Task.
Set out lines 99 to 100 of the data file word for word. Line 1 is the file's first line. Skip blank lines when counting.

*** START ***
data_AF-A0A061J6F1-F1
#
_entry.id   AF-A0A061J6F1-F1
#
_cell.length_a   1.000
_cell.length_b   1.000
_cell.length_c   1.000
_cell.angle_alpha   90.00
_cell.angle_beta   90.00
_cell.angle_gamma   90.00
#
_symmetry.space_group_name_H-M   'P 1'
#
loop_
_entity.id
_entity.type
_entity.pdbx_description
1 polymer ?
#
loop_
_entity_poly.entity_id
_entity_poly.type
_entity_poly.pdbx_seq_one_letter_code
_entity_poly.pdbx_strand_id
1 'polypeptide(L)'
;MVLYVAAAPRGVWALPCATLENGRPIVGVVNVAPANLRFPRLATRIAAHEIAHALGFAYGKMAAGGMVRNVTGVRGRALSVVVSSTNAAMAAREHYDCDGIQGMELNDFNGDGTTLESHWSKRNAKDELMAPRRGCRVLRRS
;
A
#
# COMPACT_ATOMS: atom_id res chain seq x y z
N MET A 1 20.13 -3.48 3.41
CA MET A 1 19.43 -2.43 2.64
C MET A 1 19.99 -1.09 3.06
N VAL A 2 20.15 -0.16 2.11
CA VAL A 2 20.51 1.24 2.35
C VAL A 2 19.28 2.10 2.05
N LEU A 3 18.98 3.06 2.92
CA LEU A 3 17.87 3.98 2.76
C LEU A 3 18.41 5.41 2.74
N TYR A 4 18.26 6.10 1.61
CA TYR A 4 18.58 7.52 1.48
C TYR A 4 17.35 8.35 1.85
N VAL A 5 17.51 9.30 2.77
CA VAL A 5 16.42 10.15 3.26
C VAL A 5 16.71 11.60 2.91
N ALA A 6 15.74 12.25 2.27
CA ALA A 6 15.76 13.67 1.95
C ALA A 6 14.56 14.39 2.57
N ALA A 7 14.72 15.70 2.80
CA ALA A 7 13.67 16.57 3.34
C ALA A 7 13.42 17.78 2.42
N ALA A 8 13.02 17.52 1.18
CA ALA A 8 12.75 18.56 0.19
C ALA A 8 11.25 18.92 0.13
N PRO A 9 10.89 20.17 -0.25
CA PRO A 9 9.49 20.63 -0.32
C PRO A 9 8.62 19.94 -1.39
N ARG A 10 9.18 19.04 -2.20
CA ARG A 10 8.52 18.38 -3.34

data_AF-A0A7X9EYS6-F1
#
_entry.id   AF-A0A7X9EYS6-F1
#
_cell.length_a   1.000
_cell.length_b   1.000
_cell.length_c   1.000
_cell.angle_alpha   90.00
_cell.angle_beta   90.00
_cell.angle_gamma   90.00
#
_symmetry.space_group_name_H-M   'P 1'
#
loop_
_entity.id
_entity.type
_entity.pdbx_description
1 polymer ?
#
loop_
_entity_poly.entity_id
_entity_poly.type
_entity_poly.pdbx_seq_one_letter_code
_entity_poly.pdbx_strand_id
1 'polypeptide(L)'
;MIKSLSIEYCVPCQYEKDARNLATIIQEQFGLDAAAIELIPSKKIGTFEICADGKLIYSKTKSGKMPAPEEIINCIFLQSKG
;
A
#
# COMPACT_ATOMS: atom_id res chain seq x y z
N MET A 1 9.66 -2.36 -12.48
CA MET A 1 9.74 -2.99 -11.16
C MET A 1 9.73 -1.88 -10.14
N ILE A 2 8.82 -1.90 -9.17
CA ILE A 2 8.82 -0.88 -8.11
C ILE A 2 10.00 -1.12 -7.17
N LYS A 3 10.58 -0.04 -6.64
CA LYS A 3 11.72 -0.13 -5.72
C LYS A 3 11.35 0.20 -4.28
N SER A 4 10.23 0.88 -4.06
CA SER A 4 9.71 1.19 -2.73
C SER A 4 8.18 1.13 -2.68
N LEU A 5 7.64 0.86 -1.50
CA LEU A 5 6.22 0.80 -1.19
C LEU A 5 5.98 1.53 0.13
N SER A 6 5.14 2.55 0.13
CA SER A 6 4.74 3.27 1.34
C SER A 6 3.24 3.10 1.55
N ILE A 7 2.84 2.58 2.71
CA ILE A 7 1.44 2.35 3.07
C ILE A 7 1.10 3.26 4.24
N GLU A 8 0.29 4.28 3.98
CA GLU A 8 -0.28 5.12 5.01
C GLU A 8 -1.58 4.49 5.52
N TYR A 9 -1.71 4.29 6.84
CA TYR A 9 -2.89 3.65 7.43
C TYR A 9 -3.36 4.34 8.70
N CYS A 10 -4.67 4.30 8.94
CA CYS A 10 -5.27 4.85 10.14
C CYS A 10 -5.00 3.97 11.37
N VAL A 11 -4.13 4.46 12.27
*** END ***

N SER A 4 10.23 0.88 -4.06
CA SER A 4 9.71 1.19 -2.73